“Private probation is unfair and places a distinct disadvantage on poor people who are unable to pay their court-imposed fines up front. To be poor in Americus City Court means you will be thrown into a hole called ‘private probation’ that is very difficult, if not impossible to crawl out of.”
~ Matt Wright, Sumter County Georgia NAACP
Tonight, community members from a small town in rural southwest Georgia will let their voices be heard to the powers that be, saying they have had enough with the privatization of the criminal justice system. A typical day in Americus court goes something like this: two people walk into court, charged with the same misdemeanor offense, say driving with a suspended license, and are fined $200. One of those folks has the money in his/her pocket, pays that day, and walks away done with the whole thing. The other person does not have an extra $200 lying around. That person is then placed on probation for say 6 months, and a private probation company tacks on monthly (sometimes weekly) “supervision fees” and all other kinds of added surcharges. That person then ends up having to pay double or triple what they would have, just because they didn’t have the money that day. Essentially, they are penalizing people for being poor, and as is often the case, it is disproportionately affecting poor people of color.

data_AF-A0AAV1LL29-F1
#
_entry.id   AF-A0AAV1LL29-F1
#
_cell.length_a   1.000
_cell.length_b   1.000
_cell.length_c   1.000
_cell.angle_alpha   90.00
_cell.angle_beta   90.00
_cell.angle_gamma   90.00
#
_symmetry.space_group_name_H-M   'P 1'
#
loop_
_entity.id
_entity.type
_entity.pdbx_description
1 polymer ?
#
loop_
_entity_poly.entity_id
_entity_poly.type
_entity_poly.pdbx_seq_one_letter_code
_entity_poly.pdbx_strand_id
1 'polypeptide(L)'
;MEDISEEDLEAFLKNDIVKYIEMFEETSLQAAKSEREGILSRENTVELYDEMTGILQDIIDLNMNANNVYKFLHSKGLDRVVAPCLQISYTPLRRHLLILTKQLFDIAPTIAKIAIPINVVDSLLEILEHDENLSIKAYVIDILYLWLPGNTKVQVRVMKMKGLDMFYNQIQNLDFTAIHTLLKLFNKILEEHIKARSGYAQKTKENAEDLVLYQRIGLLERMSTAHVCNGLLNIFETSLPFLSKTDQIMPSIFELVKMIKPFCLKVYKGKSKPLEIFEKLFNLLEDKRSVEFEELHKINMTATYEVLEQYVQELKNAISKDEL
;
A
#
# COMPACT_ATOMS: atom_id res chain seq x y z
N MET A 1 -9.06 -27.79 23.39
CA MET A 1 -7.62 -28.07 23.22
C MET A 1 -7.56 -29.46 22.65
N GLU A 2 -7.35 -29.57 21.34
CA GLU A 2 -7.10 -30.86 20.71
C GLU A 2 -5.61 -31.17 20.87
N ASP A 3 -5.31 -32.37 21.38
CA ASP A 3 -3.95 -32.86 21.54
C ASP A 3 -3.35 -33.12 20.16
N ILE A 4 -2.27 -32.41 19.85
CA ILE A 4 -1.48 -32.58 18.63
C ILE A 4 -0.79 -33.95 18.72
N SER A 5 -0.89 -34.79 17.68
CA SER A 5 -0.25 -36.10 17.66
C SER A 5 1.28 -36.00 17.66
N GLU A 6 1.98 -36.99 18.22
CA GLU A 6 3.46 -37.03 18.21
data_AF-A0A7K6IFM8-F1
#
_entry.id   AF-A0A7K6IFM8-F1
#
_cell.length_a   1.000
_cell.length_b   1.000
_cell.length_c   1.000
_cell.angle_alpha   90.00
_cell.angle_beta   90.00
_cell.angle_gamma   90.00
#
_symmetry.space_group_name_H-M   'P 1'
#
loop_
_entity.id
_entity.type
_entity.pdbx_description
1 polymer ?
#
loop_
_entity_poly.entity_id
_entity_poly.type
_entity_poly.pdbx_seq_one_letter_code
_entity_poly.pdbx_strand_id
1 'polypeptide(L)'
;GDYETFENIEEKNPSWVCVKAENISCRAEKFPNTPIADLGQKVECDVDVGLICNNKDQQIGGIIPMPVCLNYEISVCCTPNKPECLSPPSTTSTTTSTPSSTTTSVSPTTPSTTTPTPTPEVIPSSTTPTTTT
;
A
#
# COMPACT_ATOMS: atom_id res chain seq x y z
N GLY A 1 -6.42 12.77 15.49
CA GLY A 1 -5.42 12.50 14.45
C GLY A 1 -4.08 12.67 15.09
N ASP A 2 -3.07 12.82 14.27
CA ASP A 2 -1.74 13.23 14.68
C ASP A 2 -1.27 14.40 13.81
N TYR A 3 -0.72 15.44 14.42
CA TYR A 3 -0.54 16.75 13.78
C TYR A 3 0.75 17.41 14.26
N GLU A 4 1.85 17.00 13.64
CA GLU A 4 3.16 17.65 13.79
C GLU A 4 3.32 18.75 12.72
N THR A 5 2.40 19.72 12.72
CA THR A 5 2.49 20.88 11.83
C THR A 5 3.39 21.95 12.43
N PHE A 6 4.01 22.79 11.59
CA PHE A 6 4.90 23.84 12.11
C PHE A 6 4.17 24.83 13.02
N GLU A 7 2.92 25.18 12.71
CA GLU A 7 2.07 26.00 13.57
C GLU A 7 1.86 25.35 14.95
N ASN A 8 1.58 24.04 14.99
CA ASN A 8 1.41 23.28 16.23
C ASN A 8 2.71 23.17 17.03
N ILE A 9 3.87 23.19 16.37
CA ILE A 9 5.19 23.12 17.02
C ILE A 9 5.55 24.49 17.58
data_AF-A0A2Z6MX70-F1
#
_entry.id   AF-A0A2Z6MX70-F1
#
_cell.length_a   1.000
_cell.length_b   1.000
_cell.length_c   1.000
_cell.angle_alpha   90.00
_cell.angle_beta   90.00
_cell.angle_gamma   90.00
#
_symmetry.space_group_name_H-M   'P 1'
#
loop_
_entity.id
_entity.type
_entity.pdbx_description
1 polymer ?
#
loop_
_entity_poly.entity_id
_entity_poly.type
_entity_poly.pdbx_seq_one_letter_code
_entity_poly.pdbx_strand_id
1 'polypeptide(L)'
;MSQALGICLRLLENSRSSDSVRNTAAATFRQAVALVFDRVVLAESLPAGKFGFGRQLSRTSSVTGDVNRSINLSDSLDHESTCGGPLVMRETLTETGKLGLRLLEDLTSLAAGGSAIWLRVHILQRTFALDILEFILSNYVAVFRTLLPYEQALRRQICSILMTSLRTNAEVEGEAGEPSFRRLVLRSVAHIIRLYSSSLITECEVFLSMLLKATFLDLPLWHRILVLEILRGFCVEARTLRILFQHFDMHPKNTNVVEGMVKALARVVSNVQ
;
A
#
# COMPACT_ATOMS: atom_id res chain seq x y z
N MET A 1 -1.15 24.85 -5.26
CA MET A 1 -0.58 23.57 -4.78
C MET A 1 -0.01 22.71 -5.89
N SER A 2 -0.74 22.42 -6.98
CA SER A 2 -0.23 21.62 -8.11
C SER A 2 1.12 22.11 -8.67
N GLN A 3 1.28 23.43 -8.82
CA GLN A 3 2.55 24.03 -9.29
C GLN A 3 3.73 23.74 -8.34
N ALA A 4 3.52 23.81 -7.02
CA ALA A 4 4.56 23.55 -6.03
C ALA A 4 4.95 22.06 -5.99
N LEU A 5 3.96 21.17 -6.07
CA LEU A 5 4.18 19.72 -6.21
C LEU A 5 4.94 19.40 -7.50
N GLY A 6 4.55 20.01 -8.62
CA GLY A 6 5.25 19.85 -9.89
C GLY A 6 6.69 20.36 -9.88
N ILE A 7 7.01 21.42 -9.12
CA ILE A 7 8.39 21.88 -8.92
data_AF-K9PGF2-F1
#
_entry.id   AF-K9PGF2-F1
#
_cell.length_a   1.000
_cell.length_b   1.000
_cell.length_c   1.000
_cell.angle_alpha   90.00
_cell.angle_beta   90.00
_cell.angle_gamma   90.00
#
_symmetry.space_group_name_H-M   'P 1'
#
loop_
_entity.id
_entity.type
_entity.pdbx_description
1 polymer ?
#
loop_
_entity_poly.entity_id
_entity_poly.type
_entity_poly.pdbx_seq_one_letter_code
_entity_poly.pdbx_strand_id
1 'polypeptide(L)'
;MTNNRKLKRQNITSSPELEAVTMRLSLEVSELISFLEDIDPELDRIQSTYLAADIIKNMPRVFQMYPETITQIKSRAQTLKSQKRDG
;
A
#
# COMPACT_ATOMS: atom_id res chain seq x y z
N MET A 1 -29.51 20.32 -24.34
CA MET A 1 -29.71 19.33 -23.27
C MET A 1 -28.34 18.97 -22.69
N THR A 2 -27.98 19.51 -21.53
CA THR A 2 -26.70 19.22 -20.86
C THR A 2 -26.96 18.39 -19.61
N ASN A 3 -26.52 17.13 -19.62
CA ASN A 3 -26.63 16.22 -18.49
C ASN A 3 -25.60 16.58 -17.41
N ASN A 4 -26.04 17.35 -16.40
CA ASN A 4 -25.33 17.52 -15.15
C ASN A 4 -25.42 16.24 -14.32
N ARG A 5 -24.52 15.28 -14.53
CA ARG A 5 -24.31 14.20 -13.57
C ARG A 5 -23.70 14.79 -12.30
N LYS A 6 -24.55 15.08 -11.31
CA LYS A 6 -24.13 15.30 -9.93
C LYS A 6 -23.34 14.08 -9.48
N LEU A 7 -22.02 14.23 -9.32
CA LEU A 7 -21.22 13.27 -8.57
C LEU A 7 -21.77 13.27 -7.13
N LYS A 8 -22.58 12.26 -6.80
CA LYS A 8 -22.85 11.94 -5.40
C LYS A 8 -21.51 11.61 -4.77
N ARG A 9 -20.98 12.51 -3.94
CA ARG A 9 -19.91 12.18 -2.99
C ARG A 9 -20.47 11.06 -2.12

When you privatize public systems, the incentive becomes profit, not people. These private probation companies in Georgia have an incentive to get as much people on probation, and keep them on, because they make more money that way straight out the pockets of the poor. It’s the same way that private prisons encourage locking as many people up as possible.
Tonight, the people of Americus will tell their city council that they have had enough, and it’s high time for other communities experiencing similar situations to do the same.